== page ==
Brussels, July 8:
O&O Software, with only 28 employees, has built a $3 million-a-year operation developing award-winning tools for users of Microsoft Windows, such as defragmenters, data rescue and system security. It is impossible to say how much bigger it might be after six years in business without the plague of software piracy, which a new study says accounts for more than a third of computer software sales and costs legitimate businesses $29 billion. At least some O&O sales are being lost, for sure. â€œWe even have customers who try to registerâ€ pirated software copies, says O&O spokesman Frank Alperstaedt, â€œSometimes they know theyâ€™re illegal, sometimes not.â€ Berlin-based O&O is one of dozens of global high-tech companies, including giants like Microsoft, IBM and Apple, joining in a â€˜call to actionâ€™ against the trend by focusing attention on the growing scale as well as the costs to government and society.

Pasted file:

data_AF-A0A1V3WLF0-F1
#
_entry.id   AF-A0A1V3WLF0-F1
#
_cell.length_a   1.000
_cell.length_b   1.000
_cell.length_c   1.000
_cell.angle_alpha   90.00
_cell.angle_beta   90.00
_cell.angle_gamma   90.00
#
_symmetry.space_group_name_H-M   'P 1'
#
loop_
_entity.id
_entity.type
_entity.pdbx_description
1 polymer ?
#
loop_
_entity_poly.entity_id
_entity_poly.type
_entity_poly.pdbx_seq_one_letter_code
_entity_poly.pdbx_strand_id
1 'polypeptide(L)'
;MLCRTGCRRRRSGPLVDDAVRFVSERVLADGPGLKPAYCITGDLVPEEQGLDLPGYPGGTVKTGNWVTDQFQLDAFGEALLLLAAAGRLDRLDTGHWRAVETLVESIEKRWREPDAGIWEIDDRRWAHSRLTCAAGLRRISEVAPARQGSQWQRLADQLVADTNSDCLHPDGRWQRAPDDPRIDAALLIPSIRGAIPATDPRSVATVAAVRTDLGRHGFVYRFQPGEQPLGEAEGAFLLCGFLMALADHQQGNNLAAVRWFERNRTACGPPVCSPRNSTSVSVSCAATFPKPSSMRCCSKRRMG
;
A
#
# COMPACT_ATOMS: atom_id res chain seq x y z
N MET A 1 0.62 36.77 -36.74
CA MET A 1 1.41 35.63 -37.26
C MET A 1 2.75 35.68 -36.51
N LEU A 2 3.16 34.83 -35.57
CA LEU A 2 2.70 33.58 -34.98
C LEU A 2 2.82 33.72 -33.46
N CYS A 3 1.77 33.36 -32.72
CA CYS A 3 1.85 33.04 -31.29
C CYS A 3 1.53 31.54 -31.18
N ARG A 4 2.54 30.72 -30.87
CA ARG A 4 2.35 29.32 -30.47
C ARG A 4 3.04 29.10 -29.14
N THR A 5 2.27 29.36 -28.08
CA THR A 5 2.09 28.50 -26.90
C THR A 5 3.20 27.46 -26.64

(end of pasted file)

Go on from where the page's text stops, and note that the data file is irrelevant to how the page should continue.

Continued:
Industry groups say the long-festering problem is worsening due to increased availability of illegal software on the Internet, faster download speeds, a lack of adequate legislation and lax enforcement. A survey released yesterday, conducted by the US-based market research firm IDC, found 36 per cent of computer software installed last year was counterfeit or pirated. The piracy rate was lowest - 23 per cent - in North America, where losses were more than $7.2 billion. That was about the same, $7.5 billion, as in the Asia-Pacific region, although the piracy rate there was more than double at 53 per cent, reflecting smaller sales.
Piracy was most expensive in the European Union, where a 37 per cent rate cost software publishers more than $9.78 billion, according to the survey conducted by the US-based market research firm IDC. Open-source advocates call such figures exaggerated, since thereâ€™s no way to say whether someone would have actually gone out and paid full price for the software if he didnâ€™t have access to an illegal copy.